The future of tuition fees following the election

With the deadline for the full implementation of the GDPR drawing closer, organisations which have not yet started to map out their data processing and modify their procedures to ensure compliance with the new regime need to start doing so now. Organisations which are aware of and have systems in place to ensure compliance with their current obligations under the Data The Independent Panel chaired by Lord Browne published its Review of Higher Education Funding and Student Finance in 2010. The Panel had been established by all-party agreement before the general election took place in 2010. That election led to a coalition government of the Conservatives and the Liberal Democrats. The catastrophic consequences for the Liberal Democrats who supported the new fee regime despite having campaigned on a platform of scrapping fees are well-documented. When it comes to fees, memories abide. It is noteworthy that the Chair of the Office of Students, Michael Barber, was a member of Lord Browne’s Panel. He may already be refreshing his memory of the evidence and proposals it considered.

Seven years later the UK has elected a minority government with a Labour Party in opposition but strengthened by gains undoubtedly derived in part from its manifesto promises which included the abolition of tuition fees and the restoration of maintenance grants for all. Double digit swings to Labour in “university seats” are empirical evidence for YouGov’s analysis of the election which suggests that Labour enjoyed 60+% support among 18-30 year-olds and nearly 50% support from those with degree qualifications. Deep concern about fees policy in England is exacerbated by the different arrangements in Scotland and Wales, the latter under further consideration following the Diamond Review. Just prior to the election, the Higher Education and Research Act became law. It includes various provisions about fees and their link to the outcomes of the Teaching Excellence Framework and the production of a satisfactory Access and Participation Plan. It is doubtful that it will be possible with confidence to assume that the current fee policy for England is sustainable in such an uncertain political climate. The net cost of the Labour Party’s policy has been calculated at £9bn a year although it has recently acknowledged that its policy will need refinement. Many universities will fear that were tuition fees to be abolished, no government would match the lost income by a similar grant. Pressure to reduce that burden could lead to greater demands for transparency about costs and requirements for efficiency. On the other hand, universities like Oxford and Cambridge that demonstrate that the cost of teaching is substantially higher than the current £9.25k fee would be concerned that they would lose autonomy and competitive edge by the abolition of fees paid by students.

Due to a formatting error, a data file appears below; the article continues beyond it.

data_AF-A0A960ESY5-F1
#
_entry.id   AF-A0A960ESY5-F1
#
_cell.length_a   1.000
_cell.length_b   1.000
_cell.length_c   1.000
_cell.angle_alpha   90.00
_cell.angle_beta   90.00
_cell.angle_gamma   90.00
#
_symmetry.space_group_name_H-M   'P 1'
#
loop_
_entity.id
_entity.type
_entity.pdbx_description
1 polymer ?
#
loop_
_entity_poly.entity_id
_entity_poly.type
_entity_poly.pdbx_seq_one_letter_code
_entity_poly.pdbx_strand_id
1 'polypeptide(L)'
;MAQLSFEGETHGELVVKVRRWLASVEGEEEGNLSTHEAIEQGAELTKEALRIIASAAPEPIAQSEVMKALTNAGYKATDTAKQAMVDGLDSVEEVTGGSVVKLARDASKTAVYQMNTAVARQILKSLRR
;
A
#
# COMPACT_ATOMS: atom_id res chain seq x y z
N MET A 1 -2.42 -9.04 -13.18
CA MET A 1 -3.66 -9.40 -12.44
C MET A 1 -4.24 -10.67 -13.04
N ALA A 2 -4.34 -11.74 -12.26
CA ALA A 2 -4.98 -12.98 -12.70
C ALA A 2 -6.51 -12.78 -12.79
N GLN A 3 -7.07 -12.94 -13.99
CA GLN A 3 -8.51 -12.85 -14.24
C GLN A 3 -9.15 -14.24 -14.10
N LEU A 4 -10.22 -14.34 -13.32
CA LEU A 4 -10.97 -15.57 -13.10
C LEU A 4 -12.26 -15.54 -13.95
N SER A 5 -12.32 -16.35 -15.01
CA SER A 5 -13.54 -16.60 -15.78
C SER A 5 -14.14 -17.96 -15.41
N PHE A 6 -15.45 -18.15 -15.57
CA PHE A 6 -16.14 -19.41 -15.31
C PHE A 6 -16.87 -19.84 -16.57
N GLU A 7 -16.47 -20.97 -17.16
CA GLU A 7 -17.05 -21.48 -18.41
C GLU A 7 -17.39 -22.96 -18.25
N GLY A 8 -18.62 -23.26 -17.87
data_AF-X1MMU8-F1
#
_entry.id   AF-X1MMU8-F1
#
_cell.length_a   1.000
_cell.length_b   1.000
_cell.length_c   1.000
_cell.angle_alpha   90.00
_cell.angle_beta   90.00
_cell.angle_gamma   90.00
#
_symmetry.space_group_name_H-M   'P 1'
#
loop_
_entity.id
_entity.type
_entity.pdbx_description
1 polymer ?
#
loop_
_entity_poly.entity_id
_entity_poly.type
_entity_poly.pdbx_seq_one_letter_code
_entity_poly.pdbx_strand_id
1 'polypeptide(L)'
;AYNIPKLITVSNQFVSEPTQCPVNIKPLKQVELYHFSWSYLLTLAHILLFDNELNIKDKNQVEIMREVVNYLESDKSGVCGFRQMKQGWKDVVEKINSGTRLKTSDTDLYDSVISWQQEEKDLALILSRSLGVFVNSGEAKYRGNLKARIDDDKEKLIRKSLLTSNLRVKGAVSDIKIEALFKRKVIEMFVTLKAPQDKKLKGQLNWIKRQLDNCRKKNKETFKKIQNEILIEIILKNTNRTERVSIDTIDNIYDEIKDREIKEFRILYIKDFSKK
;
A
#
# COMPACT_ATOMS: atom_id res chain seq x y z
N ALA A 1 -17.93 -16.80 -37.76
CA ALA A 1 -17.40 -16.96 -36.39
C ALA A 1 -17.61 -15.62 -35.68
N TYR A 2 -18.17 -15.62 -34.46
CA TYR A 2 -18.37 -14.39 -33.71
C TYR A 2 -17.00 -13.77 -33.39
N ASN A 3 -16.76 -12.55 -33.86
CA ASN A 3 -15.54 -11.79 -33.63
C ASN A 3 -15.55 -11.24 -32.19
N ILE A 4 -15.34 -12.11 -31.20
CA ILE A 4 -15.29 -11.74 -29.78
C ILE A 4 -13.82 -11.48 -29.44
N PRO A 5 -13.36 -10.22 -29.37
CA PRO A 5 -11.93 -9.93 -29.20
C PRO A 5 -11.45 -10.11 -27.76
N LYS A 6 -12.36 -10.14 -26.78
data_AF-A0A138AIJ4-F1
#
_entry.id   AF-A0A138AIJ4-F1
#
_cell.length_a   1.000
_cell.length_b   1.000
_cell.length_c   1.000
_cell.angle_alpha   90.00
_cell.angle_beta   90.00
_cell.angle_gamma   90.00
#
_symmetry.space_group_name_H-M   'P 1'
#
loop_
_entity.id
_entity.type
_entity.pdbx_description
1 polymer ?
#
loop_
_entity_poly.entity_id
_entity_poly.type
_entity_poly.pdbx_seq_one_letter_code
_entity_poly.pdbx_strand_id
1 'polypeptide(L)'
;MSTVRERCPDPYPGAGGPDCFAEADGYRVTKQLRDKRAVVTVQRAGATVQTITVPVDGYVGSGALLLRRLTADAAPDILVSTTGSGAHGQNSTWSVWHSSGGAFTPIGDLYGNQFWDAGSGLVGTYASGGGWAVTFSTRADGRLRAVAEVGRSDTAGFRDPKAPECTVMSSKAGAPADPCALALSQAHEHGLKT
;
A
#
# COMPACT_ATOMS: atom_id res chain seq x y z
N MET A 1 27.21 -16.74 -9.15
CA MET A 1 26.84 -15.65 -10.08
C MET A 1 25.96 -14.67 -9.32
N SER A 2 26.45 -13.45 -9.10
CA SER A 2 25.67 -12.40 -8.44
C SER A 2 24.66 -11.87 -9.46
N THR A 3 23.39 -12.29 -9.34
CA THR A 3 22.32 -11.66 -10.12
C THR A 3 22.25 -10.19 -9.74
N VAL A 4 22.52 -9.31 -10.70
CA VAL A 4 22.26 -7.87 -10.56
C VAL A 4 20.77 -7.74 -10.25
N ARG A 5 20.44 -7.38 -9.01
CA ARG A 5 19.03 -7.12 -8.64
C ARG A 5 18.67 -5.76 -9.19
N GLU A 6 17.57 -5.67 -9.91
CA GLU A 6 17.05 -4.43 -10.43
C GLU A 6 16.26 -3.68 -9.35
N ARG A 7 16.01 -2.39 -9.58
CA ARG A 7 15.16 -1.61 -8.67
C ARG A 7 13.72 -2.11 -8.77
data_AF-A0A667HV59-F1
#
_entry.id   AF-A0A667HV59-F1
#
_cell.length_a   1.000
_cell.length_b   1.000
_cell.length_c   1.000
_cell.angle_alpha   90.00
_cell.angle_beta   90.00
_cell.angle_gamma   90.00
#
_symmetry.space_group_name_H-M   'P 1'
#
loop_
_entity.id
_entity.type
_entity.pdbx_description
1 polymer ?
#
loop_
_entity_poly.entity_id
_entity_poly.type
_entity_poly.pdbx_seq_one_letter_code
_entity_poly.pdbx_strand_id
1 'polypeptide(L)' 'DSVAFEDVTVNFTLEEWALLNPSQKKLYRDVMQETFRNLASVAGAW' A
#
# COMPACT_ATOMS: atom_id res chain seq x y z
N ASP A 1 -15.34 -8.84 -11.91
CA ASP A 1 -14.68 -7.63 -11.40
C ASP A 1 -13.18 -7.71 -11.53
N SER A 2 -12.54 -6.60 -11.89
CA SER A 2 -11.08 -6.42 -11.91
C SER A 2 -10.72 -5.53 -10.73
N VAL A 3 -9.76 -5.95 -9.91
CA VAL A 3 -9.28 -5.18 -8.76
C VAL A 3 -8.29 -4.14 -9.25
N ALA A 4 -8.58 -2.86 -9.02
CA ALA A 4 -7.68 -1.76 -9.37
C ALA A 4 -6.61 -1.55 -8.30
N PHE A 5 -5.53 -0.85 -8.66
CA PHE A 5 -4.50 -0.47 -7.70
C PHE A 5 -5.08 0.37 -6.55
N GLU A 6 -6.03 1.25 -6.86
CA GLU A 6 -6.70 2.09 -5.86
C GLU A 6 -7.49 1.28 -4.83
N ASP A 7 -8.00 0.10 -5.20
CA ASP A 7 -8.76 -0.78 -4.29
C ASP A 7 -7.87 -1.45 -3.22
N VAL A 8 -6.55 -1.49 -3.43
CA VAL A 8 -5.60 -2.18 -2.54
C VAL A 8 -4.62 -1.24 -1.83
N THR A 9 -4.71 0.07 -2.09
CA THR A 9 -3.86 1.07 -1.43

The Browne Review and the subsequent fees legislation that followed it was intended, together with the more recent Higher Education and Research Act, to set the principles for the higher education sector and its framework of regulation for the long-term. That now seems unlikely. A range of eventual outcomes for England, and indeed the devolved nations, now seems possible. Will it be impossible to resist the demands for another independent review and the further changes to legislation and regulatory regimes that would entail?

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